This convenient method, mostly used in search and rescue, can be successfully applied in certain areas of an urban environment.
Once the correct tracks are identified, the tracker should pass all the information gained to the rest of the team in order to compare the evidence found with any data already archived, like measurements, photos (if available), length of stride and straddle, and so on.
A skilled tracker is perfectly aware that following a quarry into the often nonexistent boundaries of an urban scenario includes knowledge of the principles of stalking as well as counter-tracking. A known case of this is the manhunt of former SAS trainee turned murderer Barry Prudom (aka “The Phantom of the Forest”) in England in the summer of 1982. Prudom was able to evade the police for 17 days despite a widespread manhunt. Eventually, he was successfully tracked down by Eddie McGee, a former paratrooper and SAS operator.
The first, and most obvious, approach to an escape and evasion situation inside a city is to move rapidly without being seen or detected. This is much more relevant in an urban context than a rural one. Counter-tracking procedures can be applied as well, if the quarry is conscious of being followed. However, the application of countering methods consumes precious time in all cases and with most types of trackable evidence.
Understanding the details a tracker must follow — especially if deception is practiced — and also interpreting them properly to predict subsequent actions and movements can become exceedingly difficult. For this reason, the tracker should follow the golden rules of stalking — “take risks early” (per Bob Carss in The Complete Guide to Tracking) and, perhaps more importantly, “put himself into the mind of the quarry” (per David Scott Donelan in Tactical Tracking Operations: The Essential Guide For Military And Police Trackers). The latter requires effective post-analysis of a found track not just to figure out the quarry’s immediate movement pattern, but also to estimate their possible long-term intentions.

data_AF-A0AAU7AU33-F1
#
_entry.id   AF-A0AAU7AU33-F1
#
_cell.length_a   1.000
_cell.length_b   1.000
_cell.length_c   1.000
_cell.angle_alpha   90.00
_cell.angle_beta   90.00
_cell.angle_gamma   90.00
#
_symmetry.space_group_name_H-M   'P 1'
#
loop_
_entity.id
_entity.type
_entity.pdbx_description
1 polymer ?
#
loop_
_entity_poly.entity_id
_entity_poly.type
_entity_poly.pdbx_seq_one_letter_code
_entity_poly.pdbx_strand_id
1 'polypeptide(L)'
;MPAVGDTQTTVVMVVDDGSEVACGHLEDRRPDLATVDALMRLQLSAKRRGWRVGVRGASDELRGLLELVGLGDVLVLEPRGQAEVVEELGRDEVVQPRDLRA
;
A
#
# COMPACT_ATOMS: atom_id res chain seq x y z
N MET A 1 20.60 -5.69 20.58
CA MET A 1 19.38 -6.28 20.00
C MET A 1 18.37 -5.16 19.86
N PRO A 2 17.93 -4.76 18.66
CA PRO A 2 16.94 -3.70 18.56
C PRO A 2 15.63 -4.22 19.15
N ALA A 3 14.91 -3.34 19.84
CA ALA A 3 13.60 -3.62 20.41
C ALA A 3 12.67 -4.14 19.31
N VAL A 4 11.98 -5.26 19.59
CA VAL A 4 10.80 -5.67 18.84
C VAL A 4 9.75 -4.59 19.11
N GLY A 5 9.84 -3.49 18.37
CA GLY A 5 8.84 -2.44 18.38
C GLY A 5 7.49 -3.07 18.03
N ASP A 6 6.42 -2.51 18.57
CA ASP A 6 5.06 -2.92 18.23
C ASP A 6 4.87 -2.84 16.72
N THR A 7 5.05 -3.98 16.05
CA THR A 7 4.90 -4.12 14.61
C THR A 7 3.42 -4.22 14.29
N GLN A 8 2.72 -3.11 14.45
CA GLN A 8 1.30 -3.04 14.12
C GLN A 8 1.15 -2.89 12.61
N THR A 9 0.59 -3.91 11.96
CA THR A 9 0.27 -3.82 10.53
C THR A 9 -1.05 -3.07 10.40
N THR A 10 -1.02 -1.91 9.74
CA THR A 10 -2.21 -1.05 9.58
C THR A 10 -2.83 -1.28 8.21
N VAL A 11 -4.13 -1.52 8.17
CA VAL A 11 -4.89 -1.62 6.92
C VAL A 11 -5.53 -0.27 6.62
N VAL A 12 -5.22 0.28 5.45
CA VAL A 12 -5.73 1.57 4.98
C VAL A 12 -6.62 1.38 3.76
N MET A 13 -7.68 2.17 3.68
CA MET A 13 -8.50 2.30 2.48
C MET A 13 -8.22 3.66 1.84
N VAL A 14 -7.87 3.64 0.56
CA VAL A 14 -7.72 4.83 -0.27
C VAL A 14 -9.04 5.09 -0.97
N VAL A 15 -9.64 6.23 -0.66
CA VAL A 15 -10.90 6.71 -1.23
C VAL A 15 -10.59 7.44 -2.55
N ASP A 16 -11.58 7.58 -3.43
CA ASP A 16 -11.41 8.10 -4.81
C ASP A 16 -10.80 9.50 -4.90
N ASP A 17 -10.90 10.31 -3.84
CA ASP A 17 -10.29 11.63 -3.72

Above: “track” doesn’t have to be a footprint or impression. Everything from fluid spills to discarded trash and fibers can inform a tracker about their quarry’s movement or intentions.
Basically, counter-tracking techniques are used “primarily to slow down, confuse, lose, or eliminate a tracker. Culture, religious affiliation, and the amount and quality of training the quarry received will determine how he reacts to the pressure of being hunted,” according to Hurth. If he’s aware of being followed, the quarry may adopt extreme measures to increase the distance between him and the tracker. In an urban context, this generally means walking in packed streets to avoid possible “track traps” — favoring dry asphalt or concrete, changing direction very often, and paying extreme caution not to lose anything, even hair, mucus, or blood that could be easily traced to the quarry.
Separate from counter-tracking, anti-tracking methods (minimizing the signs of passage) can be very effective in a metropolitan area due to the nature of big cities and the chaos generated by an unending mob of residents and tourists. In a rural environment, the “speed and distance” technique would immediately produce more noise and more signs on the ground, due to the kinetics of movement. However, in a populated area, these disadvantages are greatly mitigated, making urban tracking extremely strenuous for any team following an experienced quarry.